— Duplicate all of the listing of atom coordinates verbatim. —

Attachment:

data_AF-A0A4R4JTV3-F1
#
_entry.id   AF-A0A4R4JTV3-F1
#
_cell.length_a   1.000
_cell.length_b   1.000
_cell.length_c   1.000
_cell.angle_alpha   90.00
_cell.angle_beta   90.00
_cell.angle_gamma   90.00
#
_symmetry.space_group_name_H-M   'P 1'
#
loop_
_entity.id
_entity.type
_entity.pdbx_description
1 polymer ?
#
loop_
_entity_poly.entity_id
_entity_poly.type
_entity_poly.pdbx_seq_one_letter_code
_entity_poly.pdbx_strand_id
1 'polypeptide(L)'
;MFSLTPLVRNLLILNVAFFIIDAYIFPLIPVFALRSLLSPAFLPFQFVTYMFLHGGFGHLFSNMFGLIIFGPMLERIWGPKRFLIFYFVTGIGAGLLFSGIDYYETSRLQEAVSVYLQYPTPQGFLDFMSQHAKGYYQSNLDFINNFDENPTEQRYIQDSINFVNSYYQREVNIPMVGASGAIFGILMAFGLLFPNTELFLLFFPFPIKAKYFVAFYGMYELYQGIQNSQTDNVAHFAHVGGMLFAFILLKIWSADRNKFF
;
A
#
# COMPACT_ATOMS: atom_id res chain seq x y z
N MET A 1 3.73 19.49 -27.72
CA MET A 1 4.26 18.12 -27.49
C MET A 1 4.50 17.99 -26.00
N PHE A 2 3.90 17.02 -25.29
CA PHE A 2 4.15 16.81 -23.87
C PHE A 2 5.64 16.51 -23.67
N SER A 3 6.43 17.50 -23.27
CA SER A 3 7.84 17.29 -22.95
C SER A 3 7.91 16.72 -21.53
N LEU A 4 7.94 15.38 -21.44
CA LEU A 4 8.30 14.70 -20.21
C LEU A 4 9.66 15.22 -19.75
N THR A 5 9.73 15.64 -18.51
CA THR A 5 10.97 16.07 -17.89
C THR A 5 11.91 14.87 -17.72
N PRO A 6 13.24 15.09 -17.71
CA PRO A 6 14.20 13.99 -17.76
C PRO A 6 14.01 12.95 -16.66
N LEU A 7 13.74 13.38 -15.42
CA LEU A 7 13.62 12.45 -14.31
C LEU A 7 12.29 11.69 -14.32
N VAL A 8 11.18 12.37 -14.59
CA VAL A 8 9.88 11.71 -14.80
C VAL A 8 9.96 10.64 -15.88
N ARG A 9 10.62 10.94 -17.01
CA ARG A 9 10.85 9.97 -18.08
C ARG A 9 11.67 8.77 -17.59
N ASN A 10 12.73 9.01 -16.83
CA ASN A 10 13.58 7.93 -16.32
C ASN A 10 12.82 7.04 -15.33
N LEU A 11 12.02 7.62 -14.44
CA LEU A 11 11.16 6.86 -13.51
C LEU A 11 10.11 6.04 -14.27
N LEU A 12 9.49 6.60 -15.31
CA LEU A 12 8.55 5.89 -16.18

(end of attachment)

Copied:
data_AF-A0A4R4JTV3-F1
#
_entry.id   AF-A0A4R4JTV3-F1
#
_cell.length_a   1.000
_cell.length_b   1.000
_cell.length_c   1.000
_cell.angle_alpha   90.00
_cell.angle_beta   90.00
_cell.angle_gamma   90.00
#
_symmetry.space_group_name_H-M   'P 1'
#
loop_
_entity.id
_entity.type
_entity.pdbx_description
1 polymer ?
#
loop_
_entity_poly.entity_id
_entity_poly.type
_entity_poly.pdbx_seq_one_letter_code
_entity_poly.pdbx_strand_id
1 'polypeptide(L)'
;MFSLTPLVRNLLILNVAFFIIDAYIFPLIPVFALRSLLSPAFLPFQFVTYMFLHGGFGHLFSNMFGLIIFGPMLERIWGPKRFLIFYFVTGIGAGLLFSGIDYYETSRLQEAVSVYLQYPTPQGFLDFMSQHAKGYYQSNLDFINNFDENPTEQRYIQDSINFVNSYYQREVNIPMVGASGAIFGILMAFGLLFPNTELFLLFFPFPIKAKYFVAFYGMYELYQGIQNSQTDNVAHFAHVGGMLFAFILLKIWSADRNKFF
;
A
#
# COMPACT_ATOMS: atom_id res chain seq x y z
N MET A 1 3.73 19.49 -27.72
CA MET A 1 4.26 18.12 -27.49
C MET A 1 4.50 17.99 -26.00
N PHE A 2 3.90 17.02 -25.29
CA PHE A 2 4.15 16.81 -23.87
C PHE A 2 5.64 16.51 -23.67
N SER A 3 6.43 17.50 -23.27
CA SER A 3 7.84 17.29 -22.95
C SER A 3 7.91 16.72 -21.53
N LEU A 4 7.94 15.38 -21.44
CA LEU A 4 8.30 14.70 -20.21
C LEU A 4 9.66 15.22 -19.75
N THR A 5 9.73 15.64 -18.51
CA THR A 5 10.97 16.07 -17.89
C THR A 5 11.91 14.87 -17.72
N PRO A 6 13.24 15.09 -17.71
CA PRO A 6 14.20 13.99 -17.76
C PRO A 6 14.01 12.95 -16.66
N LEU A 7 13.74 13.38 -15.42
CA LEU A 7 13.62 12.45 -14.31
C LEU A 7 12.29 11.69 -14.32
N VAL A 8 11.18 12.37 -14.59
CA VAL A 8 9.88 11.71 -14.80
C VAL A 8 9.96 10.64 -15.88
N ARG A 9 10.62 10.94 -17.01
CA ARG A 9 10.85 9.97 -18.08
C ARG A 9 11.67 8.77 -17.59
N ASN A 10 12.73 9.01 -16.83
CA ASN A 10 13.58 7.93 -16.32
C ASN A 10 12.82 7.04 -15.33
N LEU A 11 12.02 7.62 -14.44
CA LEU A 11 11.16 6.86 -13.51
C LEU A 11 10.11 6.04 -14.27
N LEU A 12 9.49 6.60 -15.31
CA LEU A 12 8.55 5.89 -16.18